A black matrix is formed on the first substrate 2. The surface of the first substrate 2 is divided into a plurality of sub-pixel regions by the black matrix 19. A color filter 18 is formed on the surface of the first substrate 2 which is exposed through the black matrix 19. The color filter 18 includes sub-color filters 18A, 18B, and 18C of red, green, and blue. A first electrode 6 is formed on the surfaces of the sub-color filters 18 and the black matrix 19.

The first and second substrate 2 and 4 are disposed on both surfaces of the electronic ink layer 10 so that the first electrode 6 and the second electrode patterns 8 face each other. In other words, the electronic ink layer 10 is located between the first electrode 6 and the second electrode patterns 8. The electronic ink layer 10 includes a binder film 12 in which a micro-capsulated ink capsule 14 is dispersed and contained. The binder film 12 is formed of a polymer. The ink capsule has a diameter of approximately a few hundred micrometers. The ink capsule 14 includes a fluid 16 which is filled with one of an organic material and an inorganic material. At least one kind of electrified particles 20 is injected into the fluid of the ink capsule 14. Phoresis is performed with respect to the particles in response to an electric field applied between the first electrode 6 and the second electrode pattern 8. A color image may be displayed on the first substrate 2 in which the color filter 18 is formed.

The particles 20 include white first particles 22 of a positive charge and black second particles 24 of a negative charge. Phoresis is performed with respect to the first and second particles 22 and 24 according to the electric fields between the first electrode 6 and the second electrode patterns 8. An image corresponding to the gradation of white and black colors may be displayed on the electronic ink layer 10. As the black and white image on the electronic ink layer 10 is projected to the first substrate 2 having the color filter 18, a color image appears on the electronic ink panel (i.e. the first substrate 2).

FIGS. 2A to 2C show the phoresis state of the first and second particles 22 and 24 of FIG. 1 according to electric fields. FIG. 2A shows that upon application of a voltage −V of the negative polarity to the first electrode 6 and a voltage +V of the positive polarity to the second electrode pattern 8, the white first particles 22 of a positive charge are concentrated to the first electrode 6. At the same time, the black second particles 24 of a negative charge are concentrated to the second electrode 8. The difference between the voltage −V of the negative polarity and the voltage +V of the positive polarity is set large enough to perform phoresis with respect to the first and second particles 22 and 24. Due to the white color of the first particles 22 concentrated to the first electrode 6, a large amount of light from outside is reflected toward the color filter 18. Sub-pixels of red, green, and blue of the highest gradation are displayed on the first substrate 2 according to the sub-color filters 18A, 18B, and 18C.

In FIG. 2B, upon application of a voltage +V of the positive polarity to the first electrode 6 and a voltage −V of the negative polarity to the second electrode pattern 8, the white first particles 22 of a positive charge are concentrated to the second electrode 8 and the black second particles 24 of a negative charge are concentrated to the first electrode 6. The black color of the second particles 24 concentrated to the first electrode 6 may absorb almost all the light from outside. Therefore, sub-pixels of red, green, and blue of the lowest gradation are displayed on the first substrate 2 according to the sub-color filters 18A, 18B, and 18C.

FIG. 2C shows that voltages +V of the positive polarity, voltages −V of the negative polarity or voltages of very small voltage differences are applied to all of the first electrode 6 and the second electrode pattern 8. In this case, the first and second particles 22 and 24 are concentrated to a central portion between the first electrode 6 and the second electrode pattern 8 by the attractive force. About a half of the light from outside is reflected toward the color filter 18 by the white color of the first particles 22 and the black color of the second particles 24. Therefore, sub-pixels of red, green, and blue which have a middle gradation are displayed on the first substrate 2 according to the sub-color filters 18A, 18B, and 18C.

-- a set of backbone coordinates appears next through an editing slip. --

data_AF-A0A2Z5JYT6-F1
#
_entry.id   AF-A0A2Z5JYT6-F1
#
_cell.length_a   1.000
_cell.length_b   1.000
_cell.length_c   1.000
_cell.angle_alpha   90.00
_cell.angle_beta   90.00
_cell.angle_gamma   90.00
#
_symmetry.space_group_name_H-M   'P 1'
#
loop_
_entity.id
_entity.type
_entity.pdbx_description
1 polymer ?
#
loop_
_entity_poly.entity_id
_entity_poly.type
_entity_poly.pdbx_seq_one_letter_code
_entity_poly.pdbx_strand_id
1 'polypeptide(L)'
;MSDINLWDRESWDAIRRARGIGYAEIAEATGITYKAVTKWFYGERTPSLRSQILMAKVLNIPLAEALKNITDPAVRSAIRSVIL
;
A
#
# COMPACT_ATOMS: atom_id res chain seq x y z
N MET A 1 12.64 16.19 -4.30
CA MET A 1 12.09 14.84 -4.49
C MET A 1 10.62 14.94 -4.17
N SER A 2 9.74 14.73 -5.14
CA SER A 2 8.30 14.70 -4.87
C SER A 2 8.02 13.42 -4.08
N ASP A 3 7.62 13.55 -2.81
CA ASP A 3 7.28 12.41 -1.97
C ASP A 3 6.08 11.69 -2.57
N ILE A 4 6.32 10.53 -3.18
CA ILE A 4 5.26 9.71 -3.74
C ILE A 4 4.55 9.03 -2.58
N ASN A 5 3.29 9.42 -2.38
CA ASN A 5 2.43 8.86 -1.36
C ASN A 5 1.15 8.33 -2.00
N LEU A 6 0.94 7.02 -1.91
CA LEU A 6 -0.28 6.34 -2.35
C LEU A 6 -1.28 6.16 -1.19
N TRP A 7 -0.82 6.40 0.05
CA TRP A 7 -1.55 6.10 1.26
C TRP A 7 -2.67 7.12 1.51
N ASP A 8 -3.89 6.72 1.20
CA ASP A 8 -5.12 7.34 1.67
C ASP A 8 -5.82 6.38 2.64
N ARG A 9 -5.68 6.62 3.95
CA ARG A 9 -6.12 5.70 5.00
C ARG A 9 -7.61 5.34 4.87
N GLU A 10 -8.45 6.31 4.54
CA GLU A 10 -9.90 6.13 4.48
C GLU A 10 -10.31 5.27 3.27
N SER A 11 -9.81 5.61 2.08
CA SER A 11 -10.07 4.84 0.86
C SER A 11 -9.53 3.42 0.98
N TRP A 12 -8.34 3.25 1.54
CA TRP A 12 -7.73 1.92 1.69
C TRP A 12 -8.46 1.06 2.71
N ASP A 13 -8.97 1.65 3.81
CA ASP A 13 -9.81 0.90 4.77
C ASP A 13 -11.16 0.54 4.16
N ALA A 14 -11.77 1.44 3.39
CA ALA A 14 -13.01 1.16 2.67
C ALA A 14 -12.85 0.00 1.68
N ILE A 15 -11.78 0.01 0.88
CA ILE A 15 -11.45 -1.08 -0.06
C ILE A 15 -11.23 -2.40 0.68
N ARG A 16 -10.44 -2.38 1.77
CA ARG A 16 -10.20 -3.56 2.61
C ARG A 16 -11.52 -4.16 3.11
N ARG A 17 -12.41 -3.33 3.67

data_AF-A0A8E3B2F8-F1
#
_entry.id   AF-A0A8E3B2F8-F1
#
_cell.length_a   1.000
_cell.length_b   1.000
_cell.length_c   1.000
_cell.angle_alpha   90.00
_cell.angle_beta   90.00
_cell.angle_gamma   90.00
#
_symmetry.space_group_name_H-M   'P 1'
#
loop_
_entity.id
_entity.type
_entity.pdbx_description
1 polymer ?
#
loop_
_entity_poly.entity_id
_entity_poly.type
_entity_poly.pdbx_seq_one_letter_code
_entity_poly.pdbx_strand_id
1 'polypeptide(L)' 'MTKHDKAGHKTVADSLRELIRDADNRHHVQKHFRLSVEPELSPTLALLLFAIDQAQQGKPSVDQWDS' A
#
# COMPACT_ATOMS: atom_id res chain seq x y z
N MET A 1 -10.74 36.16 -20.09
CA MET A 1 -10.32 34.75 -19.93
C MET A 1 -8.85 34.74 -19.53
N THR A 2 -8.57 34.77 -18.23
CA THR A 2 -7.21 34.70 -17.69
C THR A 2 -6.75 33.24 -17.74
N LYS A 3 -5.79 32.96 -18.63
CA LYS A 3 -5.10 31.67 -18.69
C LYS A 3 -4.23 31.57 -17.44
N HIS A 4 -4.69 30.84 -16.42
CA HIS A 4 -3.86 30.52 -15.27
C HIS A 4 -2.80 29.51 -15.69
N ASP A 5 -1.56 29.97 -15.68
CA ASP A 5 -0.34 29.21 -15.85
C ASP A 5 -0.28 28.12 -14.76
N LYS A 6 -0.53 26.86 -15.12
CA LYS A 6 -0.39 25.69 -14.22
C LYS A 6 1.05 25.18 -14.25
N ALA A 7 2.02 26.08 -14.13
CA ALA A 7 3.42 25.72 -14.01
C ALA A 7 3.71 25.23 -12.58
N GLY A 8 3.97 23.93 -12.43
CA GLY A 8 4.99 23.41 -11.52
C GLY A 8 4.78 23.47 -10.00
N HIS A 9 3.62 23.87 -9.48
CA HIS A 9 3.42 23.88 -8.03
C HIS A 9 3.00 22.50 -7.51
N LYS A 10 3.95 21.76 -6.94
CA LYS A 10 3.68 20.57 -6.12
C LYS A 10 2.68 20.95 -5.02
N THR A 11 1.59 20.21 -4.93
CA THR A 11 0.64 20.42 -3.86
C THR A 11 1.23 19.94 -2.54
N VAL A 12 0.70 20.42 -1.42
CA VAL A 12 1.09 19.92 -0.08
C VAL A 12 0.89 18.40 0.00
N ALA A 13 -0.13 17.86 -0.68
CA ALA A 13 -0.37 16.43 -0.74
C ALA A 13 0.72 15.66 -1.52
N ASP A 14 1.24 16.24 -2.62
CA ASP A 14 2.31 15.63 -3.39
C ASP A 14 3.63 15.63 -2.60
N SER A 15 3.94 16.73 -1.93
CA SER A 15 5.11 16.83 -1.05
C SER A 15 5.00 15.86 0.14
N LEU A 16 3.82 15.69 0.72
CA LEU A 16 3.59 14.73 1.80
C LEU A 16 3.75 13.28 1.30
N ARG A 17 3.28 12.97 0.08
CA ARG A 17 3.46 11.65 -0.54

As mentioned above, the related art electronic ink panel includes the color filter 18 to display a color image. The color filter 18 reflects some of the light to be transmitted and may deteriorate the optical efficiency of the electronic ink panel. The color filter may increase the thickness of the electronic ink panel and complicate the manufacturing process of the electronic ink panel. Accordingly, there is a need of an electronic ink panel that overcomes drawbacks of the related art panel.

SUMMARY

In one embodiment, an electronic ink panel includes a first substrate having a first electrode and a second substrate having a plurality of second electrode patterns which faces the first electrode. The second electrode patterns cover a pixel region. The electronic ink panel further includes an electronic ink layer interposed between the first and the second substrates. The electronic ink layer includes a plurality of particles. Each of the particles responds to a voltage in a different level range.

In the other embodiment, an electronic ink display device includes an electronic ink panel, a gamma voltage generating section and a driving unit. The electronic ink panel includes an electronic ink layer and substrates. The electronic ink layer includes particles of red, green, and blue colors which perform phoresis in response to voltages in different level ranges. The substrates includes wire patterns dividing and driving the electronic ink layer to sub-pixel regions. The gamma voltage generating section generates first to third gamma voltage sets. The first to third gamma voltage sets have at least two gradation voltages in level ranges and correspond to the red, green, and blue particles. The driving unit drives the wire patterns on the electronic ink panel so that one of the red, green, and blue particles performs phoresis in one of the sub-pixel regions using the first to third gamma voltage sets in response to a data steam. The data stream includes sub-pixel data of red, green, and blue.